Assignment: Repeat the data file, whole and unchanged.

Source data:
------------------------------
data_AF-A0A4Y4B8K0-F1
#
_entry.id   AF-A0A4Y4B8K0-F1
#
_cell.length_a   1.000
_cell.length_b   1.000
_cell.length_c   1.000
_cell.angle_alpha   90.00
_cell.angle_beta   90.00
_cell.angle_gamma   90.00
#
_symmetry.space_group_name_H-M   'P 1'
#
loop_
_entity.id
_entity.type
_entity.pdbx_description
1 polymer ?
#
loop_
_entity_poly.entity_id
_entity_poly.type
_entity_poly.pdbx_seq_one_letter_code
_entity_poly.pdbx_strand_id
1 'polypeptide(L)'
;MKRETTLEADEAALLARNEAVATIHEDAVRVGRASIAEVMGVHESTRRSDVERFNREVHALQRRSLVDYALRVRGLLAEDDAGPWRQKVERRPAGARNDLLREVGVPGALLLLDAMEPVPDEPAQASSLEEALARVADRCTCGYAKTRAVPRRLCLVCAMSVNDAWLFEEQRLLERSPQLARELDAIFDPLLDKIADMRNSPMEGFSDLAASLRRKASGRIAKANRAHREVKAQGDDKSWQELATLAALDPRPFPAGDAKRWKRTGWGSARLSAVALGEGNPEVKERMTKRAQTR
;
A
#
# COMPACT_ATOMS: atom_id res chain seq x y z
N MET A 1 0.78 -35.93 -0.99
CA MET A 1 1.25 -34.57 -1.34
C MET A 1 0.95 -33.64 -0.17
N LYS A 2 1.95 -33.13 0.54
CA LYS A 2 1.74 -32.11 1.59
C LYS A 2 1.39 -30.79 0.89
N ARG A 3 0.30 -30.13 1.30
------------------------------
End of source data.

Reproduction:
data_AF-A0A4Y4B8K0-F1
#
_entry.id   AF-A0A4Y4B8K0-F1
#
_cell.length_a   1.000
_cell.length_b   1.000
_cell.length_c   1.000
_cell.angle_alpha   90.00
_cell.angle_beta   90.00
_cell.angle_gamma   90.00
#
_symmetry.space_group_name_H-M   'P 1'
#
loop_
_entity.id
_entity.type
_entity.pdbx_description
1 polymer ?
#
loop_
_entity_poly.entity_id
_entity_poly.type
_entity_poly.pdbx_seq_one_letter_code
_entity_poly.pdbx_strand_id
1 'polypeptide(L)'
;MKRETTLEADEAALLARNEAVATIHEDAVRVGRASIAEVMGVHESTRRSDVERFNREVHALQRRSLVDYALRVRGLLAEDDAGPWRQKVERRPAGARNDLLREVGVPGALLLLDAMEPVPDEPAQASSLEEALARVADRCTCGYAKTRAVPRRLCLVCAMSVNDAWLFEEQRLLERSPQLARELDAIFDPLLDKIADMRNSPMEGFSDLAASLRRKASGRIAKANRAHREVKAQGDDKSWQELATLAALDPRPFPAGDAKRWKRTGWGSARLSAVALGEGNPEVKERMTKRAQTR
;
A
#
# COMPACT_ATOMS: atom_id res chain seq x y z
N MET A 1 0.78 -35.93 -0.99
CA MET A 1 1.25 -34.57 -1.34
C MET A 1 0.95 -33.64 -0.17
N LYS A 2 1.95 -33.13 0.54
CA LYS A 2 1.74 -32.11 1.59
C LYS A 2 1.39 -30.79 0.89
N ARG A 3 0.30 -30.13 1.30